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State Minimum Wage set at $819.90 per week

The Commission in Court Session has handed down its decision in the 2022 State Wage Case.

The Commission has increased the State Minimum Wage by $40.90 per week, which brings the State Minimum Wage to $819.90 per week from 1 July 2022.  The Commission also increased award rates up to the C10 classification rate by $40.90 per week, and increased rates of pay for award classifications at the C10 classification and above by 4.65%.

The Commission’s reasons for decision and minutes of proposed order were handed down at 3:30pm, Thursday 23 June 2022

The Commission’s statement in relation to its decision can be read here. 

A full copy of the Commission’s Reasons for Decision can be read here.

Commission finds no jurisdiction to hear appeal by probationary prison officer discharged under different statutory scheme

The Commission has found it had no jurisdiction to hear an appeal by a prison officer against removal action, finding that the officer was instead discharged under a separate statutory scheme.


The appellant was engaged as a probationary prison officer and posted to the Hakea Prison.  During the appellant’s nine-month probationary period, the appellant was discharged from her position by the operation of reg 5(4) Prisons Regulations 1982 (Regulations), due to an improper and unprofessional association with a prisoner.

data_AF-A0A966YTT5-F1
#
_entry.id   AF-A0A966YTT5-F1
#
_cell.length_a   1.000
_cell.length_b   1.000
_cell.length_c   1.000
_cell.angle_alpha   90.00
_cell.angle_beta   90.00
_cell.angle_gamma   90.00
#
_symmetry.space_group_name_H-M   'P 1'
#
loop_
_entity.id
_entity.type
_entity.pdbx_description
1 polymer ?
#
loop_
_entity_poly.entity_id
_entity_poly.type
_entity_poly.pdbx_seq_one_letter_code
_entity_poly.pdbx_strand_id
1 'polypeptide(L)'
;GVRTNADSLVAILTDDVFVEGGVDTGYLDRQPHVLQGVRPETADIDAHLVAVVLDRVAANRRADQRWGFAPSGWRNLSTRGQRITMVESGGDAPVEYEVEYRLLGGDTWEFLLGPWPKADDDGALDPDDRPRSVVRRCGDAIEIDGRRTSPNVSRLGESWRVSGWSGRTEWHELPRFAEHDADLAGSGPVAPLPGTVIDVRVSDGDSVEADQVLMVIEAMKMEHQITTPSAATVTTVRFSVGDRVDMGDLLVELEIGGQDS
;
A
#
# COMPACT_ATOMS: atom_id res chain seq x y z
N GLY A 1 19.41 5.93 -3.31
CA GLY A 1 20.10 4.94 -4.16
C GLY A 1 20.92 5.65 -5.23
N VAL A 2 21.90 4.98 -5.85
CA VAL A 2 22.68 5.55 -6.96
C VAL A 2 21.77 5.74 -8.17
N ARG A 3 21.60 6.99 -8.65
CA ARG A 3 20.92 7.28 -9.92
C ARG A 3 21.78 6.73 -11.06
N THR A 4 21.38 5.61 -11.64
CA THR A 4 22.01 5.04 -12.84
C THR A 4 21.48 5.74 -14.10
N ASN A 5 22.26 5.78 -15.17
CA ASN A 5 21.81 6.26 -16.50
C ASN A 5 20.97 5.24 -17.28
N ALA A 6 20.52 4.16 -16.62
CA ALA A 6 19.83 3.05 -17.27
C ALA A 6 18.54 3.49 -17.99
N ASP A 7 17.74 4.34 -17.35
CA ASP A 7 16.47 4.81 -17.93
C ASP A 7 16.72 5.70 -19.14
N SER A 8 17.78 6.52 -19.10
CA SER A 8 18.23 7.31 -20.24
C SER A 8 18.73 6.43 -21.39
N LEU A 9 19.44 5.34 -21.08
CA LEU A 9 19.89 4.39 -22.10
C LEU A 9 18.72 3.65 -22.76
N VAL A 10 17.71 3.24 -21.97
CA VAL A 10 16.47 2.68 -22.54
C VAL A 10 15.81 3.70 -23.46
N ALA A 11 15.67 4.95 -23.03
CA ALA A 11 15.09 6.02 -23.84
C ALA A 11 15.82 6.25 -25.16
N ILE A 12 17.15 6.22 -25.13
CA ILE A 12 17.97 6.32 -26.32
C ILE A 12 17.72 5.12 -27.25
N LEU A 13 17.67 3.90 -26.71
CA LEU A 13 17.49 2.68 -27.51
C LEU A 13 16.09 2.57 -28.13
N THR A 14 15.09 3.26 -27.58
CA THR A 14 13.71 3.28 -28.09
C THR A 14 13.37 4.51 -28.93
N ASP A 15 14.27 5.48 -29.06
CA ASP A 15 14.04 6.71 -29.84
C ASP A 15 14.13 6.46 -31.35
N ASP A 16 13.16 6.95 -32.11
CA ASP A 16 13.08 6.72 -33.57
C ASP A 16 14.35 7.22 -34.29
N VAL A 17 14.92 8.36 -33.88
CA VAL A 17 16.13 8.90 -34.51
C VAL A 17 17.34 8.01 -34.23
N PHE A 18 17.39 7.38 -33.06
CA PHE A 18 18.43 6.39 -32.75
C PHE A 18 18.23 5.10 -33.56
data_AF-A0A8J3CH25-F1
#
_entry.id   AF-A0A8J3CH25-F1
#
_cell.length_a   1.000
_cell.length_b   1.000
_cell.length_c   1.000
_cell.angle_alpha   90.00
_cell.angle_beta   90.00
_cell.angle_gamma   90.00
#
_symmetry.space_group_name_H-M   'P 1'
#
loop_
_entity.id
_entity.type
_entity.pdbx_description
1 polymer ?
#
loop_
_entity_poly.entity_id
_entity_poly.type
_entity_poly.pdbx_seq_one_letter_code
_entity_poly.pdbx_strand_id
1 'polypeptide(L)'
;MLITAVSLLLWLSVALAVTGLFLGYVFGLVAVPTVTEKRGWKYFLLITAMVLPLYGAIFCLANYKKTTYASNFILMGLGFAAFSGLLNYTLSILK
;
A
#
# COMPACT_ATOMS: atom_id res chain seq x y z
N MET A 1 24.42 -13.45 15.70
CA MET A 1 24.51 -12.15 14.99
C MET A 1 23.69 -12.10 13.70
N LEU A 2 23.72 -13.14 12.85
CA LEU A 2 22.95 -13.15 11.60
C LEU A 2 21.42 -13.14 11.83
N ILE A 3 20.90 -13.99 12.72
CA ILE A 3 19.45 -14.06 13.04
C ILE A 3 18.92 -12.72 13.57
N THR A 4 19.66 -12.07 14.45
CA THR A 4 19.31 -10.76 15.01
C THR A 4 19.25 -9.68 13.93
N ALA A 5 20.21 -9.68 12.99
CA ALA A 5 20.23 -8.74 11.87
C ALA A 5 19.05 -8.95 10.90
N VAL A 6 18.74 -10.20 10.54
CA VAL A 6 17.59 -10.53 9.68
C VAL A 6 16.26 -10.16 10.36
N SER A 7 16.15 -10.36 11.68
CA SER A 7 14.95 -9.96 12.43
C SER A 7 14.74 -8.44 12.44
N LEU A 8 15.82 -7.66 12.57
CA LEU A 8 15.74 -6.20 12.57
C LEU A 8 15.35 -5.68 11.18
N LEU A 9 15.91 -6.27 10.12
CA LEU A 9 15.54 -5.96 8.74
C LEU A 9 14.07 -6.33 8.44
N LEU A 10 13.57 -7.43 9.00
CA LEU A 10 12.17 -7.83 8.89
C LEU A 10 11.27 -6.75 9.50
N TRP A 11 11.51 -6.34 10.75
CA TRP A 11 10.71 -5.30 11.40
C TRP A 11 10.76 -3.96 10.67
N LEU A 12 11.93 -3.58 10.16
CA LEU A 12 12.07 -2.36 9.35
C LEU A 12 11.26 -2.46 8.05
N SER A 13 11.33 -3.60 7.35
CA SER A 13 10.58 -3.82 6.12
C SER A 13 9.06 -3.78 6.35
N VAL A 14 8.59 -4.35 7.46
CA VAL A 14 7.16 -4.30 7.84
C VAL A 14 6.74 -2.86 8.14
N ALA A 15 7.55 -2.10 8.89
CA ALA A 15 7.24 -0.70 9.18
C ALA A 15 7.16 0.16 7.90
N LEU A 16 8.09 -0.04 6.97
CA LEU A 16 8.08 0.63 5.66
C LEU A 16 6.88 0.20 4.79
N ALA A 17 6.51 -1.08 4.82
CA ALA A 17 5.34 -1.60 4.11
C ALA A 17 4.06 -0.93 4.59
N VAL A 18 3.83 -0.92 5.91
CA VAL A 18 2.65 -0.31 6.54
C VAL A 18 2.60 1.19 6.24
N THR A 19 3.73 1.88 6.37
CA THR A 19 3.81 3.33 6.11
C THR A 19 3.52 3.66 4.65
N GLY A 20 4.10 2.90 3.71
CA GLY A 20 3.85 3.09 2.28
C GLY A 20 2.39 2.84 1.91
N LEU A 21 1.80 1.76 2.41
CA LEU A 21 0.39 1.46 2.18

The appellant previously commenced an unfair dismissal claim in the Commission, however discontinued that application following conciliation. The appellant then brought a claim under Division 3 of Part X of the Prisons Act 1981 (WA), appealing against the decision to remove her as a prison officer.


The respondent raised a preliminary issue of jurisdiction. The respondent submitted that there were several ways under the Prisons Act and Regulations that a prison officer’s engagement may be ended. The respondent claimed that the appellant was not subject to removal under Division 3 of Part X of the Prisons Act, as she was discharged under reg 5(4) of the Regulations, which enables the Chief Executive Officer to discharge a probationary prison officer during or at the end of their probation.

The appellant contended that sworn prison officers who are subject to discharge, are only to be discharged under the procedures in ss 101 to 103 of the Prisons Act. The appellant contended that there was no exclusion from the appeal provisions in s 106 for a probationary prison officer, and that a probationary officer must be afforded procedural fairness under ss 101 to 103